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Part One: Perspective

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We are in a time of massive disruption and prolonged uncertainty, a time of fragility, illness and even death.

Noted psychotherapist Esther Perel describes this as ‘anticipatory trauma’—like being at the beginning of a horror film. As well, it’s a time of grief—loss of the world we have known, loss of a sense of a predictable future, loss of touch.

This acute situation can heighten our internal responses, where we become very aware of our reactions and beliefs.

You might see people (even yourself) move between being counter-phobic (live as though fearless) to hypervigilant (prone to panic). The ideal here is realistic vigilance.

Tensions and fragmentation are inevitable in families, work and society. The situation will bring out the best and worst in people. We all have histories of grief, loss, fears, unresolved mourning that can come to the surface. Under stress we become heightened versions of ourselves.

These stresses can relate to confinement, increased loneliness, changing mental and emotional states, decline in physical health and fitness. It’s safe to say that all of us will be experiencing at least one of these, and naturally we’ll be looking for ways to anchor ourselves and provide a level of ‘fake certainty.’ The level of certainty in our lives is also being impacted in different ways:


  • Illness and death: The spectre of illness, and even death, suddenly feels much closer to us. Thinking about not getting sick is not the same as being healthy, and washing your hands all the time does not guarantee good health. Health is comprehensive—comprising physical, psychological and relational aspects.

  • Fight or flight: Some people might experience a strong need to ‘get out of this situation’ or anger at what is happening. Others could experience a sort of disconnecting, numbing shutdown.

  • Anxiety and paranoia: We have a need for safety, reliability and predictability. Everybody craves a sense of security and calm.

  • Movement: Feeling the overwhelming sense of ‘I have to do something!’


In our modern society, work has emerged as the place we seek identity, belonging, connection, purpose and self-development. It’s not just money, and not just what we do—it is who we are. So, a loss or significant change in our work can also equate to a loss of sense of self.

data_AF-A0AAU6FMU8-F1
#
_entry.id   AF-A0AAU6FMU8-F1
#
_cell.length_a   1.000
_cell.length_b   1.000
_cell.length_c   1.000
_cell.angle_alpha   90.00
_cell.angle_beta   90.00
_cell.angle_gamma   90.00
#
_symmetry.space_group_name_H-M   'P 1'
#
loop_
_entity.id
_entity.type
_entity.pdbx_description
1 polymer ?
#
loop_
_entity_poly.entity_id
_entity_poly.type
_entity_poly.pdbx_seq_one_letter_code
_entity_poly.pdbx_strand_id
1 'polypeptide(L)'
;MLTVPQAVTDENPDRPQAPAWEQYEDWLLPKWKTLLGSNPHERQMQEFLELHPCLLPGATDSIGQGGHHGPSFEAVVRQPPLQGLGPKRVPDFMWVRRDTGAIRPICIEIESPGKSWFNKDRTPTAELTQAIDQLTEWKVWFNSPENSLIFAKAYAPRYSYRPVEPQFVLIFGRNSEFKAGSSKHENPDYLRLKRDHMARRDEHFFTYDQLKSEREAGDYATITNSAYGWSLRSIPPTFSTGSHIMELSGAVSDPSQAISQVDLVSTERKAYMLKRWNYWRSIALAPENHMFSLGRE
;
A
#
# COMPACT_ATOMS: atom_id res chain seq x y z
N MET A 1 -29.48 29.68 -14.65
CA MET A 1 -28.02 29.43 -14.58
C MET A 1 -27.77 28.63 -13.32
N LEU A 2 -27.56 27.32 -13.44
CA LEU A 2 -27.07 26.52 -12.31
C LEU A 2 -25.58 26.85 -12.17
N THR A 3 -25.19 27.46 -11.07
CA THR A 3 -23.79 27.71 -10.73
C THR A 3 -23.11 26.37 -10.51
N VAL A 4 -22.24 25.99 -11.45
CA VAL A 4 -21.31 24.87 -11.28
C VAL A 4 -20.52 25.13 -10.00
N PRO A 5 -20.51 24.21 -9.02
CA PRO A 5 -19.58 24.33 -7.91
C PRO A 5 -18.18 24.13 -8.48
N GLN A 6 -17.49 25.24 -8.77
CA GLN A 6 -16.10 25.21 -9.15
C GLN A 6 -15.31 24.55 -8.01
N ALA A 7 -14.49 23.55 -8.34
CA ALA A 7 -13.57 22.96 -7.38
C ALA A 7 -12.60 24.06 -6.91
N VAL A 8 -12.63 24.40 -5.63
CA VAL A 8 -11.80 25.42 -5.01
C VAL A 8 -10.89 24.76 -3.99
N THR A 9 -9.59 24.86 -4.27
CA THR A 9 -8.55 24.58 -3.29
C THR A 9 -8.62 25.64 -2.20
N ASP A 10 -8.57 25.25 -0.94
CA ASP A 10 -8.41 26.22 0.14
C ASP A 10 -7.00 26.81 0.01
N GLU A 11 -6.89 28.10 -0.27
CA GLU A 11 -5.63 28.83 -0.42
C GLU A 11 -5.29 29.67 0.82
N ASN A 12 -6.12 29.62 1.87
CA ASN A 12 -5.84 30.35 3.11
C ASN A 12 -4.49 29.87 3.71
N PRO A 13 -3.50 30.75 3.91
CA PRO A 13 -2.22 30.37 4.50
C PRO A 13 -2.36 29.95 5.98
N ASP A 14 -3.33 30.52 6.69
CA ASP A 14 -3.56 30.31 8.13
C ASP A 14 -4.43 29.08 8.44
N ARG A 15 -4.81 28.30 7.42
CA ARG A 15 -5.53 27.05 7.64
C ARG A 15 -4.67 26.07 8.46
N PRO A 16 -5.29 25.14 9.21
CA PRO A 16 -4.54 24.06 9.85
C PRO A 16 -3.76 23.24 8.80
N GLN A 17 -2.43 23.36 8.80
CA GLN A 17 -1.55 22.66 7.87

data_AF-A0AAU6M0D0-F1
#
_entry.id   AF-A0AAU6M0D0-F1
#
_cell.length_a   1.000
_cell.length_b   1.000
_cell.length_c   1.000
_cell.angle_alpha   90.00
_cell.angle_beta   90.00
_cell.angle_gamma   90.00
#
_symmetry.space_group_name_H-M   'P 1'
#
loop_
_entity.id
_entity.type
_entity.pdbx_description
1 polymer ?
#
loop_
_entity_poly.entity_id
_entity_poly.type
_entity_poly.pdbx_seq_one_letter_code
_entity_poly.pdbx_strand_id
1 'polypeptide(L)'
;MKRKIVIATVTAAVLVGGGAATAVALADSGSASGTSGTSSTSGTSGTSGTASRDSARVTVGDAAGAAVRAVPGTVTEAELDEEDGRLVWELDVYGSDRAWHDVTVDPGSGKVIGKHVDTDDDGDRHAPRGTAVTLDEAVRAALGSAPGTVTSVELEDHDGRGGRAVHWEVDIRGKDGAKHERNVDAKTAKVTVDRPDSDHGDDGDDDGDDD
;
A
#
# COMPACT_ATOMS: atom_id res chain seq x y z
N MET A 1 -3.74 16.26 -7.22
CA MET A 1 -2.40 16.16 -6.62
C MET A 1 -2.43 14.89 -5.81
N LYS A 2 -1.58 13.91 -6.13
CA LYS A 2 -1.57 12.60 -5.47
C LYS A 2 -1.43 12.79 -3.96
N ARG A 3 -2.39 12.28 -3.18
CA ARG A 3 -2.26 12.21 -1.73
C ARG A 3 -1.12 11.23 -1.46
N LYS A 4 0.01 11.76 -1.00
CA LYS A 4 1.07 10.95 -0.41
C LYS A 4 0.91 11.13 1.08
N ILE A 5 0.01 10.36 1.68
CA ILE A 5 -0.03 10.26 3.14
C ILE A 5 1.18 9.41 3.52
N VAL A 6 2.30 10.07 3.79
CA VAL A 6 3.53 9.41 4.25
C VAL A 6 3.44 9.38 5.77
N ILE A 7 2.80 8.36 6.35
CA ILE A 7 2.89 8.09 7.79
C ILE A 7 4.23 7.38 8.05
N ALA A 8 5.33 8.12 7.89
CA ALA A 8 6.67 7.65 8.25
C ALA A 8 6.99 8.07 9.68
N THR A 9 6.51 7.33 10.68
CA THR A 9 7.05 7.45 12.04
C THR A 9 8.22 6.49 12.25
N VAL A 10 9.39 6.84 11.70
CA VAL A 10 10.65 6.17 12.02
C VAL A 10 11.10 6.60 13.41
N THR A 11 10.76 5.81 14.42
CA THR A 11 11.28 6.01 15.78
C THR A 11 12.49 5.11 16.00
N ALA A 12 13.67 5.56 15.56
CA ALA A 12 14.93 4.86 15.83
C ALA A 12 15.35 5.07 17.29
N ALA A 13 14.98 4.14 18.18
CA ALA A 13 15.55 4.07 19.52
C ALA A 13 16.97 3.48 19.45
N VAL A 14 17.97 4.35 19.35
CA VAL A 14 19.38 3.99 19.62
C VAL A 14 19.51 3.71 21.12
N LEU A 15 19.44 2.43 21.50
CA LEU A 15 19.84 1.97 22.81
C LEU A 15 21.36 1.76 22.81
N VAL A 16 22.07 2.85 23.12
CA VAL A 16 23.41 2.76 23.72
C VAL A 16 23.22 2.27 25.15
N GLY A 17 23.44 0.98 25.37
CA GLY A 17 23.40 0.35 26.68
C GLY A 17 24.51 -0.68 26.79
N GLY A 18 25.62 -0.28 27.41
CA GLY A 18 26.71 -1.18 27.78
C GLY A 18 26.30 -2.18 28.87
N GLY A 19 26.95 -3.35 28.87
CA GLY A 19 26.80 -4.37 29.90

In our families we are likely to come across responses that range from: catastrophic  > difficult but optimistic  > manageable > mild compared to previous crisis. 

This creates an emotional atmosphere or ambience that can be supportive or difficult.

In this context, what can we do for ourselves and others?

Continuity principle

Creating continuity in the following areas can help with dealing with impending and anticipatory loss or prolonged uncertainty:

  • Role: Adopting a practical, functional and problem-solving mindset will help elicit a sense of control over the situation.

  • Structure: Dividing your day into specific times and places to do things brings a sense of predictability.

  • Relational: Maintaining connections despite physical distance can ease the impact of loneliness and isolation.

  • Historical: Sharing the larger shared stories of our ancestors across generations—the stories we grew up with—is important to provide a pathway through time; a principle of continuity that is directly connected with collective resilience.


To overcome adversity we need social cohesion. 

Narrative + rituals = connection and hope. The beauty and vastness of nature, the energy created by collected gatherings (even remotely) sharing stories and songs ... these things soothe us.

Staying in tune with each other through our voices and our faces—the evidence of being alive, connected and resonating—creates a life-force and vitality that function as antidotes to ‘deadness.’ To laugh brings perspective and a sense of not completely being at the mercy of an unseen force.

And we could all do with more ‘moments of awe’— a scene in nature, listening to music, looking at art. Awe is feeling small, but connected to something vast and interconnected.

Balance and movement

Rather than swinging between complacency and fearful panic, our ultimate mental survival depends on finding a reasonable balance within ourselves and with each other.

As well as this, a central function of the brain is to move—to be involved in regular physical activity. If we don’t move the body, the soul will suffer. Walking, running, cycling and yoga are types of organised and productive movement that are achievable in the current paradigm.

As leaders, it is in offering a regulating, reassuring energy that others can connect to; a predictable, solid person who can also share their own moments of difficulty and what they did to manage them.



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